ROS and Parachute Cutie sent us a link to Defense One which reports that the Pentagon won’t be paying death benefits to the families of those four troops who were killed in Afghanistan this past weekend until the shutdown ends;
“We’ve had a number of people die recently and we will be able to pay them, but not until the lapse of appropriation ends,” Pentagon Comptroller Bob Hale said in a phone briefing Friday to explain Defense Secretary Chuck Hagel’s interpretation of last week’s Pay Our Military Act. “We’re trying to be helpful through aid societies and others to the family members who are involved in these tragic circumstances. But unfortunately, we don’t have the legal authority to make those payments.”
Lawmakers hastily assembled the bill to keep military paychecks coming despite Washington’s shutdown — and to show Congress and the White House’s commitment to America’s troops despite their mistrust of one another. But the measure’s vague language has sown widespread confusion among active duty military and their families as to what the law does and does not cover.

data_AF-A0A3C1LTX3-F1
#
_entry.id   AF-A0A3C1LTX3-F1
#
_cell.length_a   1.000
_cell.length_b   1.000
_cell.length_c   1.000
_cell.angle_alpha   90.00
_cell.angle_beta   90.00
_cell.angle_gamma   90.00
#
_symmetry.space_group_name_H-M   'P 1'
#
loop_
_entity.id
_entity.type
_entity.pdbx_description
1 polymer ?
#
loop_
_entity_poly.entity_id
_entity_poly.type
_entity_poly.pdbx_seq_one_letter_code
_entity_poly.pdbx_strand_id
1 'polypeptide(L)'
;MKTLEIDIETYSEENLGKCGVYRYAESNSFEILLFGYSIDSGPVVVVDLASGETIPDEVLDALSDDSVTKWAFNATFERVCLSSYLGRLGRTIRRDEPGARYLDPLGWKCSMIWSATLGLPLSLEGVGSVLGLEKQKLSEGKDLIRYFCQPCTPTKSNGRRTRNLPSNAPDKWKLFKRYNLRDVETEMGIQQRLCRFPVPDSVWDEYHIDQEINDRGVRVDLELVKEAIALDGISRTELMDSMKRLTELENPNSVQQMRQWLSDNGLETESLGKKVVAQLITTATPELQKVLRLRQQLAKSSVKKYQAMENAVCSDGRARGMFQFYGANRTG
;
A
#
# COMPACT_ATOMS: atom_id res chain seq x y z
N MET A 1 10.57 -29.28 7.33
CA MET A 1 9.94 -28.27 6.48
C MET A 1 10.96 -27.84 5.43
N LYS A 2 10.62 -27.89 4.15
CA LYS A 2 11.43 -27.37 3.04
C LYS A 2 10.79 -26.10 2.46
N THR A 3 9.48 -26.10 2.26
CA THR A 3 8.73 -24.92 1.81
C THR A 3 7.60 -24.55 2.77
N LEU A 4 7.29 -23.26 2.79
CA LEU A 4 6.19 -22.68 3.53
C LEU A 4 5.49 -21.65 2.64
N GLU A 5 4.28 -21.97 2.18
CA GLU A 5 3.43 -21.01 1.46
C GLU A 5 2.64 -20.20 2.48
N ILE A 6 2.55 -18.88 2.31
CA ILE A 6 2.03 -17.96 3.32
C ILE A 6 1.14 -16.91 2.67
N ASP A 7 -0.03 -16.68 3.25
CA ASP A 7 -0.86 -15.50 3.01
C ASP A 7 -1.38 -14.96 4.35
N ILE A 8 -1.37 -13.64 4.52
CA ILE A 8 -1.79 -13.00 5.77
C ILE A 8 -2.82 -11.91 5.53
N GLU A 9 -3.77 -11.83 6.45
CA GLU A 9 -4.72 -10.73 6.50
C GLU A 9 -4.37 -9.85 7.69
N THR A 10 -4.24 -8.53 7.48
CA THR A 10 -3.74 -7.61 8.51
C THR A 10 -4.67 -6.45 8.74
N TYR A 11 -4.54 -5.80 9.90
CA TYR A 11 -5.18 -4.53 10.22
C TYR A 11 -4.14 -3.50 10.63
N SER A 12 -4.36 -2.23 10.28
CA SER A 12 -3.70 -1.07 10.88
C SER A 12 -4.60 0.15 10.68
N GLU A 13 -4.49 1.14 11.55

And, of course, unwilling to let a good excuse to go unused, the Veterans Affairs Department is blaming the shutdown on the backlog of claims – even though that’s been going on for years. Chief Tango sends this link to Stars & Stripes;
The number of veterans claims pending for more than 125 days rose by 239 in the first few days of the government shutdown, which began Oct.1. In the previous 10 days, the backlog had dropped by more than 16,000 cases.
The backlog peaked in March at more than 608,000 overdue claims, and now sits just under 419,000.
VA officials had warned last week that the government shutdown could “reverse progress” with the claims backlog, since a number of case processors were furloughed and mandatory overtime for others was halted as a result of the budget fight.
“Due to the government shutdown, this clear progress for veterans and their families is at risk,” the department said in a statement, which also blamed Congress for a “failure to act” to prevent the problem.
I hear the shutdown also caused 9-11 and the Vietnam War.
Also from Chief Tango, a link from Army Times which reports that the VA bought a $562,000 piece of art in the days leading up to the shutdown. Of course, Shinseki hasn’t responded to Congress’ inquiries on that purchase.
So, it’s beginning to look like the shutdown is being shouldered by veterans and the military as well as balancing the budget.